Hubbard is the recipient of many awards and honorary degrees, including Doctor of Science degrees from the University of Toronto and from Southern Methodist University, the Women's International League for Peace and Freedom's Peace and Freedom Award, the Feminist Marathoner award from the Boston Chapter of the National Organization for Women, and the Paul Karrer Medal of the University of Zürich (shared with George Wald). She is the author of more than 150 articles and the editor and author of many books including The Shape of Red: Insider/Outsider Reflections, co-written with Margaret Randall (1988); The Politics of Women's Biology (1990); Profitable Promises: Essays on Women, Science and Health (1995); and Exploding the Gene Myth, co-written with Elijah Wald (1993).

ARRANGEMENT

The collection is arranged in three series:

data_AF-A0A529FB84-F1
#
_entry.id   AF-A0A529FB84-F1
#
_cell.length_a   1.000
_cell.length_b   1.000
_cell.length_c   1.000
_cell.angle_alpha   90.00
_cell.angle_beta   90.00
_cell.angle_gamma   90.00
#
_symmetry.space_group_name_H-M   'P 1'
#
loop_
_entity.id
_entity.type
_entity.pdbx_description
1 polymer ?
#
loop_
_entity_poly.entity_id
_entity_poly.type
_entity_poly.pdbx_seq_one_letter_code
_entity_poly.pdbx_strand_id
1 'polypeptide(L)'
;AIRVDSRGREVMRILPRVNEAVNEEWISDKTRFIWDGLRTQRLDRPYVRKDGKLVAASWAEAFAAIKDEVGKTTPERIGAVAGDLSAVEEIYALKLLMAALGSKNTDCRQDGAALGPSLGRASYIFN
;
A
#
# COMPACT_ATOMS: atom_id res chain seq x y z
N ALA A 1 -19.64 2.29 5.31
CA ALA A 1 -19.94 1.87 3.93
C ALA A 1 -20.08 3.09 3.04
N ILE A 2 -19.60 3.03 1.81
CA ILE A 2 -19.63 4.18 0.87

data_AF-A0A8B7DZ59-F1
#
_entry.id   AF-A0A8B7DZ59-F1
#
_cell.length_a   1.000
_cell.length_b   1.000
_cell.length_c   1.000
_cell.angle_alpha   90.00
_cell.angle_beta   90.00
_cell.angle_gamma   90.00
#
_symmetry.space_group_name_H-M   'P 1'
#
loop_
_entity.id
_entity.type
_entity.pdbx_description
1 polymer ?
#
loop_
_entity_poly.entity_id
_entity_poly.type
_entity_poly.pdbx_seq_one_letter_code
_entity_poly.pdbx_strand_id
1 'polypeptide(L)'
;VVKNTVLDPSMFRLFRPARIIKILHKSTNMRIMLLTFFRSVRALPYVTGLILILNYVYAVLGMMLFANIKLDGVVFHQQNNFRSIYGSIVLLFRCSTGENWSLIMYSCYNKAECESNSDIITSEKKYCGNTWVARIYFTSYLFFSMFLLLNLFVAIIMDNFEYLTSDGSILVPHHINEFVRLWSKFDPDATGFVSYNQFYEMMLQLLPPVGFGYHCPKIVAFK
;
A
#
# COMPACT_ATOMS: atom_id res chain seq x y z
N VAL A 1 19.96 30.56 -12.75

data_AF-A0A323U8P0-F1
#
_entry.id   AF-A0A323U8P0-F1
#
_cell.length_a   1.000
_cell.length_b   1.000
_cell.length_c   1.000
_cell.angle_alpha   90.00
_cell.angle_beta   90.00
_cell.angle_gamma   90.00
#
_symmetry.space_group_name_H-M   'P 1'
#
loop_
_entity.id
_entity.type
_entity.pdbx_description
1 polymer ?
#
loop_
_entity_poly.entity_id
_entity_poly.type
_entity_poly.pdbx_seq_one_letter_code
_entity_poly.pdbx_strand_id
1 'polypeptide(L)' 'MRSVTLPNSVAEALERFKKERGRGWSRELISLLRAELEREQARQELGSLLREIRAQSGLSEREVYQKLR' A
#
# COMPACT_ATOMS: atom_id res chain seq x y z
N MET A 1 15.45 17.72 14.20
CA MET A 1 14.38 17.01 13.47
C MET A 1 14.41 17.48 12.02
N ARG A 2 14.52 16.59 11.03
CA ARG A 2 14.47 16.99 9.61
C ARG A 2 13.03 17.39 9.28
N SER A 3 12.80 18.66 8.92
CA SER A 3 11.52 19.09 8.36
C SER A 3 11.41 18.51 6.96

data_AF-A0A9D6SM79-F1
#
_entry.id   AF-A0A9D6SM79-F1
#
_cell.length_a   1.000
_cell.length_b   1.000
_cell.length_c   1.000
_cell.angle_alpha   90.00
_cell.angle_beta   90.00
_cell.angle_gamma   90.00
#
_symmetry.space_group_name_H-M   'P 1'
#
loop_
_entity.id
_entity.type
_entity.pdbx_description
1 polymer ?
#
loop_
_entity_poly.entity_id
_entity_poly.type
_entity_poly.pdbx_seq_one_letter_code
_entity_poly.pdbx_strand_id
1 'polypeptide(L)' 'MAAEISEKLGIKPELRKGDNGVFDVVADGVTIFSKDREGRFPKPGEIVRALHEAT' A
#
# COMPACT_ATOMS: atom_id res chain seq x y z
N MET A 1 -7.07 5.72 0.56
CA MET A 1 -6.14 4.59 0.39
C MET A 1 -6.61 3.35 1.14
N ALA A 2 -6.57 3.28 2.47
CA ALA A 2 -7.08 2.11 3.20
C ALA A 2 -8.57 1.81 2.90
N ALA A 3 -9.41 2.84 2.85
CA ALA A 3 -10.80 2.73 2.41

1. Series I. Personal and correspondence, 1920-2005 (#1.1-9.11, PD.1-PD.2, FD.1, SD.1)
  2. Series II. Professional 1979-2006 (#9.12-25.11, PD.3-PD.5, F+D.1, OD.1, Vt-232.1 - Vt-232.13, T-451.1 - T-451.9)
  3. Series III. Activism, 1982-2007 (#25.12-31.8)

Physical Location

Collection stored off site: researchers must request access 36 hours before use.

Immediate Source of Acquisition

Accession numbers: 2009-M66, 2011-M113

The papers of Ruth Hubbard were given to the Schlesinger Library by Ruth Hubbard between April 2009 and June 2011.

Related Material:

There is related material at the Harvard University Archives: Papers of Ruth Hubbard [unprocessed accessions], 1975-1993.

Processing Information

Processed: May 2013

By: Susan Earle, with the assistance of Samuel Bauer.
Link to catalog
Title
Hubbard, Ruth, 1924-2016. Papers of Ruth Hubbard, 1920-2007 (inclusive), 1980-2005 (bulk): A Finding Aid
Author
Arthur and Elizabeth Schlesinger Library on the History of Women in America
Sponsor
Processing of this collection was made possible by a gift from the Radcliffe College Class of 1957.
EAD ID
sch01418

Repository Details

Part of the Schlesinger Library, Radcliffe Institute Repository

The preeminent research library on the history of women in the United States, the Schlesinger Library documents women's lives from the past and present for the future.

Contact:
3 James St.
Cambridge MA 02138 USA
(617) 495-8647